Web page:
Coverage of a lawsuit filed by real estate developer giant The Related Group against Miami City Commissioner Marc Sarnoff has me scratching my head.
The lawsuit revolves around a memorandum written by Sarnoff in May of this year which he allegedly deployed as part of a smear campaign to sink a controversial Coconut Grove condo project by Related. Sarnoff takes the position that the memo was solely a “memory aid” to record a conversation with an unnamed former public official, and he is thus resisting Related’s effort to compel public disclosure of the memo.
At the same time, however, Sarnoff’s attorney is quoted by the Miami Herald as saying that Related is “trying to chill Marc’s public discourse” through the lawsuit. This is an odd statement which appears to undermine the position that the memo was solely for Sarnoff’s private consumption. Moreover, Florida law (like most jurisdictions) contains a rather broad defense to defamation based upon statements which are made by public officials in the course of executing their public duties. From the standpoint of the defamation claim, then, wouldn’t it be better for Sarnoff simply to release the memo to the public and claim immunity from defamation based on its preparation in the course of Sarnoff’s executing his duties as city commissioner?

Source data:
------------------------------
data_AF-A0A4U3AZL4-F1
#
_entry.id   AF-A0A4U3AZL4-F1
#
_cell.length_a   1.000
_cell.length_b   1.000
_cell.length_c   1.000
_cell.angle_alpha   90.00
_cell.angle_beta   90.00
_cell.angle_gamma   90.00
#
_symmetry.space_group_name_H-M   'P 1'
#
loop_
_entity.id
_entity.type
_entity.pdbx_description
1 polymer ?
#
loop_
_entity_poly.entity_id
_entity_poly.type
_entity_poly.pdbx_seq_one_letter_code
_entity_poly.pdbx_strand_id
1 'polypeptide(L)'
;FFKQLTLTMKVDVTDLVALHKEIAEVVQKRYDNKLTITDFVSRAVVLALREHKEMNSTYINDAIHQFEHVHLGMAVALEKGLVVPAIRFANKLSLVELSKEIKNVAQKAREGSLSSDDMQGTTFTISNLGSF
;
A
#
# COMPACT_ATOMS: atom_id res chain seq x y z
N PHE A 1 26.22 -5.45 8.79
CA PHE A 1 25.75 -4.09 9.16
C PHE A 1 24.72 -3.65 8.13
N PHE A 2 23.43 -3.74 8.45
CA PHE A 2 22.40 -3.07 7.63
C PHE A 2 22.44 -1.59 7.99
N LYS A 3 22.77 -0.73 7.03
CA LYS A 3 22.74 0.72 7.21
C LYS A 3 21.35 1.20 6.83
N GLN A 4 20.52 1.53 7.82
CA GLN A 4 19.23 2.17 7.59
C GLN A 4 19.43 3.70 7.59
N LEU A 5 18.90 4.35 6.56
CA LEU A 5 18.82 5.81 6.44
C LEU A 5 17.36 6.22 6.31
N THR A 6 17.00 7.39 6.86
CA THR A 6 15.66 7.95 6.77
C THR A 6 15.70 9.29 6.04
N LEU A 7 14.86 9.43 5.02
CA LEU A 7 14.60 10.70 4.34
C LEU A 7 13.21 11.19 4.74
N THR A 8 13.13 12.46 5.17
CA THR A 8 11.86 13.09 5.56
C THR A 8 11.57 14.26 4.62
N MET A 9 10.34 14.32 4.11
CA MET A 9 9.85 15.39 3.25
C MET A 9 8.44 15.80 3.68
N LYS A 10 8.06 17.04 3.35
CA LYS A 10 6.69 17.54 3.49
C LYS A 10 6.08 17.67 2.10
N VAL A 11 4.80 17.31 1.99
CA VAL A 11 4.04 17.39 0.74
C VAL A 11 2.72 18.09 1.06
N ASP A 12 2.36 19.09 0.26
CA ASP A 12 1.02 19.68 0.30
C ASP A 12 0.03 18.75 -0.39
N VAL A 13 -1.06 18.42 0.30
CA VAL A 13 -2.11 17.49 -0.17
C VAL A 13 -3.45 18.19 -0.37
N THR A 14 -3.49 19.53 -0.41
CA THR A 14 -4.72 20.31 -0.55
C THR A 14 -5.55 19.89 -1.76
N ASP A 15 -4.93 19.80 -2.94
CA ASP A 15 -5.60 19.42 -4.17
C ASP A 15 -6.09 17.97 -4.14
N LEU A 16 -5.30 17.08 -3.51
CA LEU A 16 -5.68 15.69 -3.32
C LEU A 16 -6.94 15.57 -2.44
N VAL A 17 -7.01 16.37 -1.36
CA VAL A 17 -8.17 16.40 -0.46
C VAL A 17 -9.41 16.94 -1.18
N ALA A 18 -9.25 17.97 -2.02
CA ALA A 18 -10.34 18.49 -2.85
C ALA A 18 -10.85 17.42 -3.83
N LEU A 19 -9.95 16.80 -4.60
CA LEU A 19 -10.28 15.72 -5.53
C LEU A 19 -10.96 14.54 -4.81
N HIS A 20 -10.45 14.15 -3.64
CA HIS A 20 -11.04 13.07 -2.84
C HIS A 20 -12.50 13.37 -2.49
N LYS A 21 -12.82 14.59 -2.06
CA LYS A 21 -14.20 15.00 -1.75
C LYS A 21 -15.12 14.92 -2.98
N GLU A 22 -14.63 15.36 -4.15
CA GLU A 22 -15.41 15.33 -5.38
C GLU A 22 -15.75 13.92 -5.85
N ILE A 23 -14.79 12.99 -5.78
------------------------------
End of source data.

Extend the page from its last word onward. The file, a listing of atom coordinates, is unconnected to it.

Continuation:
Of course, I pose the foregoing question with the caveat that I know nothing of the contents of the memo itself, but in any event, Sarnoff’s legal defense should probably be more consistent with his public relations response.